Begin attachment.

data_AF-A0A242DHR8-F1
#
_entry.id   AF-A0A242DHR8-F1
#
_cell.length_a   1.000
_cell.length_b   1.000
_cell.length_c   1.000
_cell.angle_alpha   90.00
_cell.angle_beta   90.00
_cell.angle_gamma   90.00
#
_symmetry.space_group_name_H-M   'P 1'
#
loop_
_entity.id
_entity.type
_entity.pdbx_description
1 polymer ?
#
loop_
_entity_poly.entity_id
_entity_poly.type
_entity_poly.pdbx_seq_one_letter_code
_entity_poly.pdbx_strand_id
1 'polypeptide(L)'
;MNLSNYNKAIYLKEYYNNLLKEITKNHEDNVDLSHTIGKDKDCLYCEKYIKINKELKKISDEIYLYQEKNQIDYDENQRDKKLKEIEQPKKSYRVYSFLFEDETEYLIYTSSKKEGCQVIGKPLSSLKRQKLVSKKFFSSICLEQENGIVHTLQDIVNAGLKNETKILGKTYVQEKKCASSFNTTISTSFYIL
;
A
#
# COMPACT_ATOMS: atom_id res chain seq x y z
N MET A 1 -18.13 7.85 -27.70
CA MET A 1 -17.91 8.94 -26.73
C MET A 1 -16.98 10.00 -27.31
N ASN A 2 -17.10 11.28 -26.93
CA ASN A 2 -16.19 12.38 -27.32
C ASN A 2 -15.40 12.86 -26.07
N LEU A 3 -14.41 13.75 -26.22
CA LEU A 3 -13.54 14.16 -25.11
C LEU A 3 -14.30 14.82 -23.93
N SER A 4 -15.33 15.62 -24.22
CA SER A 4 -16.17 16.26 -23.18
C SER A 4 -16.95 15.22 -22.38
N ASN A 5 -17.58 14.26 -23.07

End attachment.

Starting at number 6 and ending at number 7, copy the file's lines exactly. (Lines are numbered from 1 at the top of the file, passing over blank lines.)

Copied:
_cell.length_b   1.000
_cell.length_c   1.000